OSHA requirements are set by statute, standards and regulations. Our interpretation letters explain these requirements and how they apply to particular circumstances, but they cannot create additional employer obligations. This letter constitutes OSHA's interpretation of the requirements discussed. Note that our enforcement guidance may be affected by changes to OSHA rules. Also, from time to time we update our guidance in response to new information. To keep apprised of such developments, you can consult OSHA's website at http://www.osha.gov.

September 9, 1993

Mr. Gene F. Tappan
Regulatory Affairs Manager
Reskitt & Coleman Inc.
1655 Valley Road
Post Office Box 143
Wayne, New Jersey 07474-0943

Dear Mr. Tappan:

The purpose of this letter is to correct a misinterpretation of the Process Safety Management (PSM) of Highly Hazardous Chemicals Standard 29 CFR 1910.119 in our December 24, 1992 letter to you. Please disregard and discard the earlier letter of interpretation. The question you asked and our reply with the corrected interpretation follow.

Question: Does the PSM standard apply to the following operation at one of our facilities? Hydrogen peroxide is delivered by our vendor from a tank truck. The truck contains a 70% hydrogen peroxide water solution. The driver connects his truck to our pipe manifold and pumps a specified amount of the 70% hydrogen peroxide into our receiving tank. Prior to the delivery, we fill the tank with sufficient water to dilute the incoming peroxide to 35%. The delivery process takes up to 60 minutes and is observed closely by the driver. When the ordered quantity has been delivered, the driver stops the pump and disconnects the hose. Our personnel take no part in the unloading operation.

Reply: Both OSHA's PSM Standard and Department of Transportation (DOT) regulations apply in the situation you describe. Please refer to the following interpretation to determine when the PSM standard would cover the work site process you describe, and when DOT regulation would be paramount.

When visiting a work site at which there is a covered process, cargo tank motor vehicles (CTMV's) are covered by the PSM standard. These CTMV's would be covered by OSHA standards to the extent they are not covered otherwise by the Hazardous Material Regulations of the Department of Transportation (DOT) (See 49 CFR Subchapter C and particularly, Part 177 - Carriage by Public Highway). These DOT regulations cover the cargo tank design, construction, maintenance (including repairs) and operations of CTMV's. Operations regulated by DOT include loading and unloading, connected cargo transfer hoses whether provided from the CTMV or not, attendance by a qualified person during loading and unloading and associated training.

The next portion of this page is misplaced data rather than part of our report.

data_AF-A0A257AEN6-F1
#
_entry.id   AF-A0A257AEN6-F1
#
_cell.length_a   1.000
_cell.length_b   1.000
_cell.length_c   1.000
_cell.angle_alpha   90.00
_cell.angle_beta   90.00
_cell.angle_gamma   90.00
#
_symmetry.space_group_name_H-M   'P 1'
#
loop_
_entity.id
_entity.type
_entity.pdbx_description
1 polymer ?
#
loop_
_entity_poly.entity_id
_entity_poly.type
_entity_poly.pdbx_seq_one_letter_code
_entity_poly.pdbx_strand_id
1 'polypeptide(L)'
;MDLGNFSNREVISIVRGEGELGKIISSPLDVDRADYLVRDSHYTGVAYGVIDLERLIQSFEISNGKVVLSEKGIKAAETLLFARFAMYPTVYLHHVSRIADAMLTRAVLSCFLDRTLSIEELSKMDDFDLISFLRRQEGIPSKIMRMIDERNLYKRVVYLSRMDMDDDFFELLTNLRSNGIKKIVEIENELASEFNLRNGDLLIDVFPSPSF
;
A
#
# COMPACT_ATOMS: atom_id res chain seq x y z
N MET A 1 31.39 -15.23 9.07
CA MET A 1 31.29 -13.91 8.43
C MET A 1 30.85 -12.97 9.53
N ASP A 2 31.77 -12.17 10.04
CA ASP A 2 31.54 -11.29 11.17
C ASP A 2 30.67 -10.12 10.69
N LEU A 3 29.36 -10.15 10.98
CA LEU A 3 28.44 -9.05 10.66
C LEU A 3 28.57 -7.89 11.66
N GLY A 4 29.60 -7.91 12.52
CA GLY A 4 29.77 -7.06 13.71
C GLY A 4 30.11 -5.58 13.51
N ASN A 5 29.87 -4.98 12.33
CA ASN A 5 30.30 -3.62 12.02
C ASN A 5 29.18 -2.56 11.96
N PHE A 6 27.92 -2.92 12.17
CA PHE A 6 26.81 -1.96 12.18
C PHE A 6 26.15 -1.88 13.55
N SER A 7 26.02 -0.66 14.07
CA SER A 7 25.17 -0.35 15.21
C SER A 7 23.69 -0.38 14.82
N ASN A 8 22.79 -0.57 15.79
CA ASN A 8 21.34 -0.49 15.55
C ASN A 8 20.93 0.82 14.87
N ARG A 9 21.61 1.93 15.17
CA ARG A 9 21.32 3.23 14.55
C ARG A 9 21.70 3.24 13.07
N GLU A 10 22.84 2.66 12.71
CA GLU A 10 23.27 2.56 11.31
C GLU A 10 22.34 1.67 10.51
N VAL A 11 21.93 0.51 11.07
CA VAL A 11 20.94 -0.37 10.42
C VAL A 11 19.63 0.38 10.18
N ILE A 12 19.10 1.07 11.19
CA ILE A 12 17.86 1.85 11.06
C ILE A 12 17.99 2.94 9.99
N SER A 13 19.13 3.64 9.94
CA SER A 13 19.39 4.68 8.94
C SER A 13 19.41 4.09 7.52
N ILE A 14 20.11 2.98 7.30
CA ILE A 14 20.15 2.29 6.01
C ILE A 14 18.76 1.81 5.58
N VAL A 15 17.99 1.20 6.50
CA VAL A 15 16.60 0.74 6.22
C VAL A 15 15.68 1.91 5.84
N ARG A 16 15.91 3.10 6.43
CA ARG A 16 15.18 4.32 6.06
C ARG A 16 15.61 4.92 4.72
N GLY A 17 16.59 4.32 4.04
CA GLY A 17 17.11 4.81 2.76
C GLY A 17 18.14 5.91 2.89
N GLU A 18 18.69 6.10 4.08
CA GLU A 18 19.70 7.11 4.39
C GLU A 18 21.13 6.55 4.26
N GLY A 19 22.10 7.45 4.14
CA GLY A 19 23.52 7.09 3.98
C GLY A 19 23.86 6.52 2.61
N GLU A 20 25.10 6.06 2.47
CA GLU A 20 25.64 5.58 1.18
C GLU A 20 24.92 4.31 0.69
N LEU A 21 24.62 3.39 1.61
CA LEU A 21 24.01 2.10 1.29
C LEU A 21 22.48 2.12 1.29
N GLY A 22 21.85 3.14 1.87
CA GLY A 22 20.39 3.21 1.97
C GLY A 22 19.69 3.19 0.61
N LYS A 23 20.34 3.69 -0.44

When the Department of Transportation (DOT) has jurisdiction of the unloading of a CTMV, an attendant who is a qualified person must be present, in compliance with the Hazardous Material Regulations, 49 CFR Subchapter C. Furthermore, DOT's jurisdiction ends and OSHA's jurisdiction begins at the connection between the hose from the CTMV and the process when unloading hazardous material as described above.

When a CTMV containing 7500 pound (3401.2kg) or a greater amount of hydrogen peroxide, 52% by weight or greater, is connected to a work site process which has the capacity to contain these threshold or greater amounts, the process may be subject to the PSM standard. The work site employer will be held responsible by OSHA for this determination. If the work site employer intends to operate the aforementioned process to avoid being subject to compliance with the PSM standard, he or she must have an effective dilution program (and be prepared to demonstrate to OSHA) that such a program precludes an otherwise covered concentration amount of hydrogen peroxide from being in the process at any particular time.

Please note that the amount of 52% by weight or greater concentration of hydrogen peroxide in the CTMV is not included for the purpose of determining whether there is a threshold quantity or greater amount in a work site process. As such CTMV delivery to a process which has a capacity less than 7500 pounds of hydrogen peroxide would not be covered by the PSM Standard.

Thank you for your interest in occupational safety and health. If we may be of further assistance please contact us.

Sincerely,



Roger A. Clark, Director
Directorate of Compliance Programs